The media these days can make us feel like we are at that moment before the dawn when everything starts to fall apart. It’s important to remember that citizens can show the government what they stand for. Since 2016, people in cities and small towns alike have become more vocal, taking to the streets to show their support for issues like women’s rights, racial equality and gun control.

Over the course of one week in Eugene, thousands of community members united together to show their support for many different reasons. In honor of Martin Luther King Jr. Day, Lane Community College hosted Bakari Sellers, the youngest African-American politician in American history. Sellers was asked to deliver a keynote speech and later held a Q&A with his audience.  Later in the week, Eugene joined other cities around the country for the third annual Womxn’s March. The week of activism came to an end on MLK Day with a NAACP-led march.

A member of the Raging Grannies choir holds a sign during the Eugene Womxn’s March (Selina Scott // The Torch)

Most of the organized protests went on without a hitch but–like many recent protest movements–there was controversy. Several national Womxn’s March organizers have been accused of anti-Semitism, as well as excluding transgender people and sex workers from their organization. As a result, fewer people participated in the march than previous years.

Despite the controversy, the week of activism ended on an optimistic note with the MLK Community March and Celebration, which saw thousands of people descend on the Shedd Institute in downtown Eugene to celebrate the life and work of Dr. King.

‘The uncomfortable conversation’

Bakari Sellers started the week of activism by providing a keynote speech on the life of Martin Luther King Jr. Lane Community College hosted Sellers at the Center for Meeting and Learning on Jan. 15. Sellers is an attorney, CNN commentator and former South Carolina House Representative. He came to Lane with a goal to have uncomfortable conversations with the students and faculty present.

“My only goal is to make people want to go out and change the world. I need help.”

Bakari Sellers
Bakari Sellers, political commentator for CNN, sits for questions after his keynote speech at the Center for Meeting and Learning during the annual MLK Day Celebration. Sellers explained how Martin Luther King’s legacy should inspire students to learn from recent history and become more involved in their communities. (Trent Toyama // The Torch)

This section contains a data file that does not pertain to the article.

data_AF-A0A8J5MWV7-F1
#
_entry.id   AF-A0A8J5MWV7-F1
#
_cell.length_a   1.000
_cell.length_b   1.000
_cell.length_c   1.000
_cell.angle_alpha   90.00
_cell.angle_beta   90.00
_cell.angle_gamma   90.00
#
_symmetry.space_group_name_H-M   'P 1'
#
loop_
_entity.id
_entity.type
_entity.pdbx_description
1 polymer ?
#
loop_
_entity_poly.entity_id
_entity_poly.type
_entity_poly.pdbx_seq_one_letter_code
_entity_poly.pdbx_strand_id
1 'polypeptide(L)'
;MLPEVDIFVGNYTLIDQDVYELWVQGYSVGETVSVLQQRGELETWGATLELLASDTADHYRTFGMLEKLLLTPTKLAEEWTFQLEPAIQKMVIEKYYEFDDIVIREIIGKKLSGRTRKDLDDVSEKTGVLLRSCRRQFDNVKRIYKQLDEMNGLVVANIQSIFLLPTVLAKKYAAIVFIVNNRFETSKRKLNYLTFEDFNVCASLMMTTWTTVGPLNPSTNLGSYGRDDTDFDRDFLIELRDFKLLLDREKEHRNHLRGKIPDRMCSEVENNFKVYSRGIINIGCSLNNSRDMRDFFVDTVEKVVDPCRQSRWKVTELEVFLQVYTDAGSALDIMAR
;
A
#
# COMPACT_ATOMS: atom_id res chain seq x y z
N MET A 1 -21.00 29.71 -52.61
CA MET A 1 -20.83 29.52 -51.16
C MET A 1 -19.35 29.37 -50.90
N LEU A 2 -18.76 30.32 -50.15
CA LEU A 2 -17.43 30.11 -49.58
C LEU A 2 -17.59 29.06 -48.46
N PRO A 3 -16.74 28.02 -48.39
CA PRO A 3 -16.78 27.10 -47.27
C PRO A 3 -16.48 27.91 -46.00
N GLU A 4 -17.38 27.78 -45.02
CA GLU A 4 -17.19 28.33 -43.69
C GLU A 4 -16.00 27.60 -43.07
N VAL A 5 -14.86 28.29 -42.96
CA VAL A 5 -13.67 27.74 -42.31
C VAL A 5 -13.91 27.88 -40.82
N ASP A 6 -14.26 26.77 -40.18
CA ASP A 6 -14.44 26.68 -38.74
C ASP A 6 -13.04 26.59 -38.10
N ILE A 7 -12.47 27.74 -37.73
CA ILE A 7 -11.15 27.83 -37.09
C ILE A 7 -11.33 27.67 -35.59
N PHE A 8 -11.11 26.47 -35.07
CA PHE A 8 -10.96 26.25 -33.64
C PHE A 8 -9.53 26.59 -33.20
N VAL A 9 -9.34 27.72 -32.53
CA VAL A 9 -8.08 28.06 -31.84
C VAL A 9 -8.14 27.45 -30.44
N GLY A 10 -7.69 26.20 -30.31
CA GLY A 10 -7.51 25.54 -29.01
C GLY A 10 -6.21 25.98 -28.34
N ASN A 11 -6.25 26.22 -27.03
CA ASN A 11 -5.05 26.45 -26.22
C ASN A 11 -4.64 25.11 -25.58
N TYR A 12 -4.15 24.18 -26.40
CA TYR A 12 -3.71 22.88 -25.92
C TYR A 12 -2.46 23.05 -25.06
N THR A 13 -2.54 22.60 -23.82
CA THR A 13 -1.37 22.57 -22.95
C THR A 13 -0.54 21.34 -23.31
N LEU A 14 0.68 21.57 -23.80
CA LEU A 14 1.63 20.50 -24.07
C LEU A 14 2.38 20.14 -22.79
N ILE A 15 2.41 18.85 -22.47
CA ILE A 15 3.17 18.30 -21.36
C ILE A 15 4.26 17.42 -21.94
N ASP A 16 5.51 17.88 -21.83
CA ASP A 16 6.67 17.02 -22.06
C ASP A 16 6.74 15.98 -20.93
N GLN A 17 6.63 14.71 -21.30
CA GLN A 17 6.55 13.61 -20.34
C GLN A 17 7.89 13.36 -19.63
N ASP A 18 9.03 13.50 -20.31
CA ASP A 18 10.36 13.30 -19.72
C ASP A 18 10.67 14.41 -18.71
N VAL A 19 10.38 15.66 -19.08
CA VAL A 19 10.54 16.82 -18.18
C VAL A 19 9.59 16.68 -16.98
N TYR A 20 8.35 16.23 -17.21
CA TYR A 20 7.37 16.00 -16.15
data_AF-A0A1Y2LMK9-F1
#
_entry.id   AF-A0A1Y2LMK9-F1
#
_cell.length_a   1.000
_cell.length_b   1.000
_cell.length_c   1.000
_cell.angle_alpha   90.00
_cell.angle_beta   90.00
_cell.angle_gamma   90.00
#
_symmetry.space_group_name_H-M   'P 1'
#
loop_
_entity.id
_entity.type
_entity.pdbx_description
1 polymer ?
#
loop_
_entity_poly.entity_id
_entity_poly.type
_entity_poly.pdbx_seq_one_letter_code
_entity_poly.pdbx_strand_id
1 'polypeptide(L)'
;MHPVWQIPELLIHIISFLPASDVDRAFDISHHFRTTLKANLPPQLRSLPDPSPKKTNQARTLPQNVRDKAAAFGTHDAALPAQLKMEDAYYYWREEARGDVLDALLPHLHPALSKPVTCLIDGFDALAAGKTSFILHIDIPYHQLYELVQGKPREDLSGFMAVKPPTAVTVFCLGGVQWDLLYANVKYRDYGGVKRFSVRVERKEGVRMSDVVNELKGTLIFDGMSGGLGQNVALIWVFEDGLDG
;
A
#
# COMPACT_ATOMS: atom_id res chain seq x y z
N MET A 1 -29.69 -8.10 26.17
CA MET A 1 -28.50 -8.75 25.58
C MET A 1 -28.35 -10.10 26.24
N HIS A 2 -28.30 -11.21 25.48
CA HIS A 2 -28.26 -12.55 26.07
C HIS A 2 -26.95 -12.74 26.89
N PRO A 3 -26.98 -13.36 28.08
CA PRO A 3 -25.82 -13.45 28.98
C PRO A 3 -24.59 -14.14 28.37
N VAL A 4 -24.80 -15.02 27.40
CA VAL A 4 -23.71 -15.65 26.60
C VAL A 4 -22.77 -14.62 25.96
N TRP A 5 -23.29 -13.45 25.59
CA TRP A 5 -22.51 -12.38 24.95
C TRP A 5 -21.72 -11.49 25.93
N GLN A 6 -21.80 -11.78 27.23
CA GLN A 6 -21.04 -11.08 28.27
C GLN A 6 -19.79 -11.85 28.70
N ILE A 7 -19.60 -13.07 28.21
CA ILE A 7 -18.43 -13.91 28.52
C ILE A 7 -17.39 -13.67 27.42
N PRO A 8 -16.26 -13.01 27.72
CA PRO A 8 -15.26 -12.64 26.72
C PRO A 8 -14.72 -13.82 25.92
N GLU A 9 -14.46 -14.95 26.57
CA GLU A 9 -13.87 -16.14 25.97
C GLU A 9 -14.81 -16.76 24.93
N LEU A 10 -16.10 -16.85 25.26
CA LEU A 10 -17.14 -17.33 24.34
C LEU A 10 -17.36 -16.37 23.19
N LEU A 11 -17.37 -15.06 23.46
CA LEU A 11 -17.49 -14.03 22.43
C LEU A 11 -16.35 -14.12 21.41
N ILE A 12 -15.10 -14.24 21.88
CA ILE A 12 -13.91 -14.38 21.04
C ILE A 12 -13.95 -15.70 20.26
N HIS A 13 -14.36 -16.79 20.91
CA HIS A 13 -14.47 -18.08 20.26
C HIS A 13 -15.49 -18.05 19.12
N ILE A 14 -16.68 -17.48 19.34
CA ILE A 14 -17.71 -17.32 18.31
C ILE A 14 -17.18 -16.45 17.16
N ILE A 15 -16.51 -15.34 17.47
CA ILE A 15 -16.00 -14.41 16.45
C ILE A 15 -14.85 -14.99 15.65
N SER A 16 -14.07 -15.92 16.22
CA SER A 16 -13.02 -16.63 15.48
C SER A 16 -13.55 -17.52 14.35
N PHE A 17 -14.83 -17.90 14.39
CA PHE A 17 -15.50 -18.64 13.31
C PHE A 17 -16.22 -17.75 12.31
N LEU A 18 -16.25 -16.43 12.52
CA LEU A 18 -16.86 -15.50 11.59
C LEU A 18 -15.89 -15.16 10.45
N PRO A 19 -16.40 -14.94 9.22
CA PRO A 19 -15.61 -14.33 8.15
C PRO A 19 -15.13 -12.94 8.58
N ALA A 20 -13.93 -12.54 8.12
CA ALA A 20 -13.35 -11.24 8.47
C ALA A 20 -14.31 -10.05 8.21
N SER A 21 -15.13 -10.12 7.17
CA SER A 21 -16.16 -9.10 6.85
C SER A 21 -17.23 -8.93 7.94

Sellers opened his speech talking about the public’s misconceptions of Martin luther King Jr.’s legacy by comparing his approval ratings to Donald Trump. According to a recent Gallup poll, President Trump has a 37 percent approval rating, but Sellers noted that King had an approval rating of 32 percent the year of his assassination.

Sellers also shared his story on how King’s legacy changed his life and paved the way for many others like him to be in the position he is in today.

“We’ve been through the darkness and we emerged victorious.” he said.

By the end of the speech he hoped people would leave with a better sense of self and understanding that there is “nothing new under the sun.” As a people, Sellers believes, we have seen it all before and we will see these things again. He feels If we can learn the history correctly we can be more successful in our further endeavours.

Sellers, who turns 35 this year, will be running for Congress in 2020 and hopes he can empower people to start changing the world. The youngest man to ever be elected into the United States House of Representatives left the crowd with with a optimistic message.  

“You don’t have to be King to change the world.”

Bakari Sellers

Marching for our rights

Video by Zach Lyons // The Torch

The Womxn’s March, organized by the National Organization for Women, assembled a rally at the Wayne Lyman Morse Federal Courthouse in downtown Eugene on Jan. 19. People of different backgrounds came to stand by 500 Women Scientists as they marched through the downtown streets. Before the march began, groups of women stood on the steps of government property and spoke their minds about the systemic injustices against genders in our country.

The Womxn’s March first assembled three years ago when President Trump took office. The marches helped lead into the #MeToo movement. The day after the presidential inauguration in 2017 was the largest single protest in U.S. history, pulling together millions of participants in cities all over the world.

Marchers unite in solidarity during the 2019 Womxn’s March. Though marchers were divided on certain issues, the empowerment of women was celebrated by over 2,500 people. (Zach Lyons // The Torch)